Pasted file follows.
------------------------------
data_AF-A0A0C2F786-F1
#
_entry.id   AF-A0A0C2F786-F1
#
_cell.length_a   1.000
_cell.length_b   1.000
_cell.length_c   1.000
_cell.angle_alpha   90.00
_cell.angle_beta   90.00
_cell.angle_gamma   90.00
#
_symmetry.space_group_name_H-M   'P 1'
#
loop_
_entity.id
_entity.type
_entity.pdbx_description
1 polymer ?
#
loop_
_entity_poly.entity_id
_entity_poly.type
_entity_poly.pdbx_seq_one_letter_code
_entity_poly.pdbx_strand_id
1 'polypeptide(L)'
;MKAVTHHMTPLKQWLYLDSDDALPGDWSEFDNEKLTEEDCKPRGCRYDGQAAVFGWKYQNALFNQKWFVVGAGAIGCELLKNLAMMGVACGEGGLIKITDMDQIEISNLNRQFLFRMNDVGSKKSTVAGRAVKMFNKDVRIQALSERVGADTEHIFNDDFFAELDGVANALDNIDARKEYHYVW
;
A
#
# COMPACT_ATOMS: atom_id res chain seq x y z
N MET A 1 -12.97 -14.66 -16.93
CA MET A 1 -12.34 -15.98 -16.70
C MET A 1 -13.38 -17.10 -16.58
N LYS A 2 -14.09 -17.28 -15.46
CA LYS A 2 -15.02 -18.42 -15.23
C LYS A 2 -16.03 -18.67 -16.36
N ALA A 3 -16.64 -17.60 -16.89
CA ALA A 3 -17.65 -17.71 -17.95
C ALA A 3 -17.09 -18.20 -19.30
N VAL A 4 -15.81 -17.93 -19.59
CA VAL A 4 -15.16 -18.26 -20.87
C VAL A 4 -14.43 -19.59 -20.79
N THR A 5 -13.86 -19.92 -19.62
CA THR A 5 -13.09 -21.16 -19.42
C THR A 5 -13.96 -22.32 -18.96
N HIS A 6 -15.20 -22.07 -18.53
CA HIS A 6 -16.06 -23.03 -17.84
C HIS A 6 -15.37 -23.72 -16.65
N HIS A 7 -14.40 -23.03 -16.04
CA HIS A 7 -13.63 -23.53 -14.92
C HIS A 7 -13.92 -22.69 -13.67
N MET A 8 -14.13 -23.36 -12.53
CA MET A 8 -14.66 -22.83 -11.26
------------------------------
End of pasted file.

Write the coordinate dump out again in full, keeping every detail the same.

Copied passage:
data_AF-A0A0C2F786-F1
#
_entry.id   AF-A0A0C2F786-F1
#
_cell.length_a   1.000
_cell.length_b   1.000
_cell.length_c   1.000
_cell.angle_alpha   90.00
_cell.angle_beta   90.00
_cell.angle_gamma   90.00
#
_symmetry.space_group_name_H-M   'P 1'
#
loop_
_entity.id
_entity.type
_entity.pdbx_description
1 polymer ?
#
loop_
_entity_poly.entity_id
_entity_poly.type
_entity_poly.pdbx_seq_one_letter_code
_entity_poly.pdbx_strand_id
1 'polypeptide(L)'
;MKAVTHHMTPLKQWLYLDSDDALPGDWSEFDNEKLTEEDCKPRGCRYDGQAAVFGWKYQNALFNQKWFVVGAGAIGCELLKNLAMMGVACGEGGLIKITDMDQIEISNLNRQFLFRMNDVGSKKSTVAGRAVKMFNKDVRIQALSERVGADTEHIFNDDFFAELDGVANALDNIDARKEYHYVW
;
A
#
# COMPACT_ATOMS: atom_id res chain seq x y z
N MET A 1 -12.97 -14.66 -16.93
CA MET A 1 -12.34 -15.98 -16.70
C MET A 1 -13.38 -17.10 -16.58
N LYS A 2 -14.09 -17.28 -15.46
CA LYS A 2 -15.02 -18.42 -15.23
C LYS A 2 -16.03 -18.67 -16.36
N ALA A 3 -16.64 -17.60 -16.89
CA ALA A 3 -17.65 -17.71 -17.95
C ALA A 3 -17.09 -18.20 -19.30
N VAL A 4 -15.81 -17.93 -19.59
CA VAL A 4 -15.16 -18.26 -20.87
C VAL A 4 -14.43 -19.59 -20.79
N THR A 5 -13.86 -19.92 -19.62
CA THR A 5 -13.09 -21.16 -19.42
C THR A 5 -13.96 -22.32 -18.96
N HIS A 6 -15.20 -22.07 -18.53
CA HIS A 6 -16.06 -23.03 -17.84
C HIS A 6 -15.37 -23.72 -16.65
N HIS A 7 -14.40 -23.03 -16.04
CA HIS A 7 -13.63 -23.53 -14.92
C HIS A 7 -13.92 -22.69 -13.67
N MET A 8 -14.13 -23.36 -12.53
CA MET A 8 -14.66 -22.83 -11.26